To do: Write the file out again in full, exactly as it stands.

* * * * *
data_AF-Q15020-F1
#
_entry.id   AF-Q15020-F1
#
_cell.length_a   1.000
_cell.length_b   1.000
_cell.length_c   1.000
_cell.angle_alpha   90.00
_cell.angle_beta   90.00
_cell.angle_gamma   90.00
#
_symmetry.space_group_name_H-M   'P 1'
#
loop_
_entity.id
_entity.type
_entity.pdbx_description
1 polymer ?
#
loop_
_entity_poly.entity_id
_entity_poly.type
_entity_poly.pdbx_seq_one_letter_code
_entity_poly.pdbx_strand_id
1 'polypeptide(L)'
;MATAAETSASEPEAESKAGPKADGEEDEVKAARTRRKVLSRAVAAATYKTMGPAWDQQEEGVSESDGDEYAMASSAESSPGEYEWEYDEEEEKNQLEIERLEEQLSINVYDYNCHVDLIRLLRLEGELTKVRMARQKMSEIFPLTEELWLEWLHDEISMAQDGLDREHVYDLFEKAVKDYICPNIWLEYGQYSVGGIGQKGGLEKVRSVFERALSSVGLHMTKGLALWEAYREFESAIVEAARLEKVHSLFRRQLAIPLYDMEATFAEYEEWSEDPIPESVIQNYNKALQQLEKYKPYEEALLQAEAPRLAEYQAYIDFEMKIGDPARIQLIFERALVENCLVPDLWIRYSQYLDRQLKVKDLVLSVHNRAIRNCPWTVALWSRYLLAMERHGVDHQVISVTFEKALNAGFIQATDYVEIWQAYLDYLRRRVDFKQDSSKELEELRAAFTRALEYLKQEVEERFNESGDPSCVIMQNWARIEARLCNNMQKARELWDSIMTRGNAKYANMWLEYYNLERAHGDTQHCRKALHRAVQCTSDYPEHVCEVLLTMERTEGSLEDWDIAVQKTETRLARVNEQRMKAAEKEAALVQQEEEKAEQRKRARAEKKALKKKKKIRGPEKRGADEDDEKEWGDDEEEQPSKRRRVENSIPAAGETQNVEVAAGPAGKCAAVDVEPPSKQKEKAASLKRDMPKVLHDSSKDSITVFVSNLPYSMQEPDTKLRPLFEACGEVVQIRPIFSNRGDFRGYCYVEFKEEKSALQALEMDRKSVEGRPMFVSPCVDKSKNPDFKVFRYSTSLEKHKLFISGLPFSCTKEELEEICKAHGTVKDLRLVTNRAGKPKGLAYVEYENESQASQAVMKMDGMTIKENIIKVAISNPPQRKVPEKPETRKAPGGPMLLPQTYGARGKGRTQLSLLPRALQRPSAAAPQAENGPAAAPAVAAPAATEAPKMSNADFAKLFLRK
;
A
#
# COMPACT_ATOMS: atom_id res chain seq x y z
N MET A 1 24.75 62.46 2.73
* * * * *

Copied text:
data_AF-Q15020-F1
#
_entry.id   AF-Q15020-F1
#
_cell.length_a   1.000
_cell.length_b   1.000
_cell.length_c   1.000
_cell.angle_alpha   90.00
_cell.angle_beta   90.00
_cell.angle_gamma   90.00
#
_symmetry.space_group_name_H-M   'P 1'
#
loop_
_entity.id
_entity.type
_entity.pdbx_description
1 polymer ?
#
loop_
_entity_poly.entity_id
_entity_poly.type
_entity_poly.pdbx_seq_one_letter_code
_entity_poly.pdbx_strand_id
1 'polypeptide(L)'
;MATAAETSASEPEAESKAGPKADGEEDEVKAARTRRKVLSRAVAAATYKTMGPAWDQQEEGVSESDGDEYAMASSAESSPGEYEWEYDEEEEKNQLEIERLEEQLSINVYDYNCHVDLIRLLRLEGELTKVRMARQKMSEIFPLTEELWLEWLHDEISMAQDGLDREHVYDLFEKAVKDYICPNIWLEYGQYSVGGIGQKGGLEKVRSVFERALSSVGLHMTKGLALWEAYREFESAIVEAARLEKVHSLFRRQLAIPLYDMEATFAEYEEWSEDPIPESVIQNYNKALQQLEKYKPYEEALLQAEAPRLAEYQAYIDFEMKIGDPARIQLIFERALVENCLVPDLWIRYSQYLDRQLKVKDLVLSVHNRAIRNCPWTVALWSRYLLAMERHGVDHQVISVTFEKALNAGFIQATDYVEIWQAYLDYLRRRVDFKQDSSKELEELRAAFTRALEYLKQEVEERFNESGDPSCVIMQNWARIEARLCNNMQKARELWDSIMTRGNAKYANMWLEYYNLERAHGDTQHCRKALHRAVQCTSDYPEHVCEVLLTMERTEGSLEDWDIAVQKTETRLARVNEQRMKAAEKEAALVQQEEEKAEQRKRARAEKKALKKKKKIRGPEKRGADEDDEKEWGDDEEEQPSKRRRVENSIPAAGETQNVEVAAGPAGKCAAVDVEPPSKQKEKAASLKRDMPKVLHDSSKDSITVFVSNLPYSMQEPDTKLRPLFEACGEVVQIRPIFSNRGDFRGYCYVEFKEEKSALQALEMDRKSVEGRPMFVSPCVDKSKNPDFKVFRYSTSLEKHKLFISGLPFSCTKEELEEICKAHGTVKDLRLVTNRAGKPKGLAYVEYENESQASQAVMKMDGMTIKENIIKVAISNPPQRKVPEKPETRKAPGGPMLLPQTYGARGKGRTQLSLLPRALQRPSAAAPQAENGPAAAPAVAAPAATEAPKMSNADFAKLFLRK
;
A
#
# COMPACT_ATOMS: atom_id res chain seq x y z
N MET A 1 24.75 62.46 2.73